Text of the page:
Fox River Trail Connections

Collecting bike trail feedback

With a new template, we’re helping collect feedback about favorable and unfavorable biking conditions.

Chicago Metropolitan Agency for Planning is doing a feasibility study for a new bike trail in northeastern Illinois. The study will identify potential routes, and after analysis recommend the appropriate type of bicycle facility. Check out the project at

To inform the study, cyclists can use an OpenPlans map to provide four types of input – favorite destinations, desirable and undesirable bike routes, and difficult crossings. Our new bike trail plan template also includes questions about home municipality and other demographic info, to help the planners know who is engaging. As input comes in, the project team can explore all shared locations and comments via their dashboard. And like all OpenPlans maps, the site works great on desktop or mobile.

Map showing an idea submitted in NYC

How Shareabouts supports Participatory Budgeting in NYC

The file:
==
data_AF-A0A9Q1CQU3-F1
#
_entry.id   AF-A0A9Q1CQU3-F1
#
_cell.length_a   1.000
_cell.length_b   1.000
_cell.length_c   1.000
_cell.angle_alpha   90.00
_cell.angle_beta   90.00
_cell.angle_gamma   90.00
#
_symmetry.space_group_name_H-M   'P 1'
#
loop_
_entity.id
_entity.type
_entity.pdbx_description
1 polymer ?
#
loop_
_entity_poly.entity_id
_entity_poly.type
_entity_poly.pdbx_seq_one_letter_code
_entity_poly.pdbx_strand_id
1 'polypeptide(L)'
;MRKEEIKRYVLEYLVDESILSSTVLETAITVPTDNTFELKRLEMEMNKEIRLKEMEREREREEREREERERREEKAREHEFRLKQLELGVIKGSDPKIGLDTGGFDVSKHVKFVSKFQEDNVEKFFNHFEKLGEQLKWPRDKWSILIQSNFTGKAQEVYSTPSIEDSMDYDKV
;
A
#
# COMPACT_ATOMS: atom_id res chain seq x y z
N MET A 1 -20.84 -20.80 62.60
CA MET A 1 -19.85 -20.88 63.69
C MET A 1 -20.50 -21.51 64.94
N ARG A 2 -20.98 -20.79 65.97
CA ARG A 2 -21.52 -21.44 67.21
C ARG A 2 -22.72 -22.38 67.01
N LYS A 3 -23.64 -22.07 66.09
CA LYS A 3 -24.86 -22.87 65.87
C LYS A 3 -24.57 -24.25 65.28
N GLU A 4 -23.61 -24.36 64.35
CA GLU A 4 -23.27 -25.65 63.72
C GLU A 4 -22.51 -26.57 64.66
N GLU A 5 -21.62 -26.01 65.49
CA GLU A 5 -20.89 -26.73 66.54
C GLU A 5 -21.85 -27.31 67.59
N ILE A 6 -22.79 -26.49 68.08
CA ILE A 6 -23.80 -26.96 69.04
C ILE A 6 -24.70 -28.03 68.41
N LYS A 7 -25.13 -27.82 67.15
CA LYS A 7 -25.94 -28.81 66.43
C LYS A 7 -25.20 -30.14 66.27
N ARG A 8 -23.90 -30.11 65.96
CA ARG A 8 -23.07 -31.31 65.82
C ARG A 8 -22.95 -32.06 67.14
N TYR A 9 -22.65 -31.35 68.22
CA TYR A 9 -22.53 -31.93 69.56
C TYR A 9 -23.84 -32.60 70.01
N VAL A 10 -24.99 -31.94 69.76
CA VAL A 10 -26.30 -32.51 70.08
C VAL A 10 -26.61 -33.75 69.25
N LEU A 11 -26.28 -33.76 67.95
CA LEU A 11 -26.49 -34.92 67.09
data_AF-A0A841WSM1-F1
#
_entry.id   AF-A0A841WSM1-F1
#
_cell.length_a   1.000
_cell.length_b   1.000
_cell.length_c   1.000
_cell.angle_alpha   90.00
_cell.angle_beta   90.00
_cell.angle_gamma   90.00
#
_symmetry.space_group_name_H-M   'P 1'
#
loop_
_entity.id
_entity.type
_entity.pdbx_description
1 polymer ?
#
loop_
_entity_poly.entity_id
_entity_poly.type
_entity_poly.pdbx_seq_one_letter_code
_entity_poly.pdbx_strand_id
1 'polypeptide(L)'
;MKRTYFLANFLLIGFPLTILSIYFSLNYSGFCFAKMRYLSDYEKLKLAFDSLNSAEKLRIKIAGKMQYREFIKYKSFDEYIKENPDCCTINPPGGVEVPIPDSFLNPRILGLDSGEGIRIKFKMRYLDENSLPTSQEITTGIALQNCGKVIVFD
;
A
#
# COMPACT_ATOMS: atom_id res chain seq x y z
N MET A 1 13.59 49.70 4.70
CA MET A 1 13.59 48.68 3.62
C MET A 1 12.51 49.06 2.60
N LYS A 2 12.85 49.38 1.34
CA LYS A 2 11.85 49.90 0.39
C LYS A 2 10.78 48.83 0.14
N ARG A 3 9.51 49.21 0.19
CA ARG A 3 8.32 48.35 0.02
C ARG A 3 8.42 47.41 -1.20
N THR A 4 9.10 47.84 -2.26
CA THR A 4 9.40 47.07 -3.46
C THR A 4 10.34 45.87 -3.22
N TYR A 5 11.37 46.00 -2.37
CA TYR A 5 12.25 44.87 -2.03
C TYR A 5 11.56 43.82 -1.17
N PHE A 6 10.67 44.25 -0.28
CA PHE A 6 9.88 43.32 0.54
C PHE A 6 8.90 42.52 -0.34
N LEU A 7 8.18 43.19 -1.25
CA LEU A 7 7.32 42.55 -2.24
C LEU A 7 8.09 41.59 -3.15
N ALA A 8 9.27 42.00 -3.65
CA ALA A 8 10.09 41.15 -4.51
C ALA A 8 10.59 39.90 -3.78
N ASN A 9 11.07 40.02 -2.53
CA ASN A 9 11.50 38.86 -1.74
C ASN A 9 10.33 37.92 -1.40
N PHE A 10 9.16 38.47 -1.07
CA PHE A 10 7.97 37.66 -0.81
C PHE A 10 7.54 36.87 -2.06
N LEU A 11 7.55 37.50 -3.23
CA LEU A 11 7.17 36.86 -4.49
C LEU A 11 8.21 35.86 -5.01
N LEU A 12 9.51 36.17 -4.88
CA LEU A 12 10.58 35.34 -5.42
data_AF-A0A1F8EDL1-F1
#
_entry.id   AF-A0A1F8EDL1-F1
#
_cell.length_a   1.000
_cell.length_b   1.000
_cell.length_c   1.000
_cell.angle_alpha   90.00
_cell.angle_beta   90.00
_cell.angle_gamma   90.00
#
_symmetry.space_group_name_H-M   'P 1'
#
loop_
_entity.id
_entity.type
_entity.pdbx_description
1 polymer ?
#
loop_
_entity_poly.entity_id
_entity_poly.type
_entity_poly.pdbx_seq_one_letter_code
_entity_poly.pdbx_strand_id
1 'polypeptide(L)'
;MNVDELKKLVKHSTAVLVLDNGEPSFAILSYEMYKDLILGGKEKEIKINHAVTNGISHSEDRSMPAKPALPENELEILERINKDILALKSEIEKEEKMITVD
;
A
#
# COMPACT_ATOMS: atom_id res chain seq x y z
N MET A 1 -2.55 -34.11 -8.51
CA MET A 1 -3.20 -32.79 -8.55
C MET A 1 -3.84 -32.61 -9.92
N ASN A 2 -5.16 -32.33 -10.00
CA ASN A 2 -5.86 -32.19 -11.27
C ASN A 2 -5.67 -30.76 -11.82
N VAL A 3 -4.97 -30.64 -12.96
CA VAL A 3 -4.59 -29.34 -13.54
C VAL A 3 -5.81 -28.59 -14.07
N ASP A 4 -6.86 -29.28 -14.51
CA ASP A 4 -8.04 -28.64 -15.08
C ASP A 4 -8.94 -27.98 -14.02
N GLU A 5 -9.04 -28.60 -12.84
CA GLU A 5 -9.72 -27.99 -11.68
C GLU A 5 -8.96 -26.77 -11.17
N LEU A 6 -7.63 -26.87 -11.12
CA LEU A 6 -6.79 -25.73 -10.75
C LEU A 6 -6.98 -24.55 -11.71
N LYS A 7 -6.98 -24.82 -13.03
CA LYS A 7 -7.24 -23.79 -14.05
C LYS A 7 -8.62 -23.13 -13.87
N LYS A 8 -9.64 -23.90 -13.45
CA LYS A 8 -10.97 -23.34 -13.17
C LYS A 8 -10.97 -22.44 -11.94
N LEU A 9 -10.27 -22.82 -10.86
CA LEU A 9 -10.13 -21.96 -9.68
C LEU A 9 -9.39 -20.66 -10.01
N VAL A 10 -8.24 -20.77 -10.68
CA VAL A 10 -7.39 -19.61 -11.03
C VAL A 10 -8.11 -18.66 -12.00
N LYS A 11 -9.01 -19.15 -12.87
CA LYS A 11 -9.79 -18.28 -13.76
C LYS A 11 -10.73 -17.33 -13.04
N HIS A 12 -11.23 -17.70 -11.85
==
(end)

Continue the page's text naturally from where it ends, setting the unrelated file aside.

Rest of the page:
Shareabouts enables communities to come together and share ideas about the places they know. Participatory budgeting is an empowering process that taps community knowledge to identify and fund projects to make neighborhoods stronger. This fall, NYC residents in 23 districts can use Shareabouts to propose projects, via Idea gathering also happens at neighborhood assemblies, with lots Read more…

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The OpenPlans way

Chicago DOT recently launched a new bike parking requests website, using Shareabouts. It’s a neat project, and bike parking requests are flooding in. Beyond being a neat example of responsive government, the project is also a great case study for how we work at OpenPlans. Here’s why: Shareabouts is an open source software project. That Read more…


What are your concerns about street safety?

redlightspeedingNYC DOT is encouraging New Yorkers to make comments on street safety issues on the Vision Zero interactive map, by July 31.

The map, built with OpenPlans’ Shareabouts tool, has garnered 5,900 suggestions and 7,500 comments on locations in all five boroughs. After July 31, residents will no longer be able to add new feedback, but the site will remain online as part of the city’s Vision Zero portal. NYC DOT will be analyzing the comments for inclusion in its project planning over the next several years.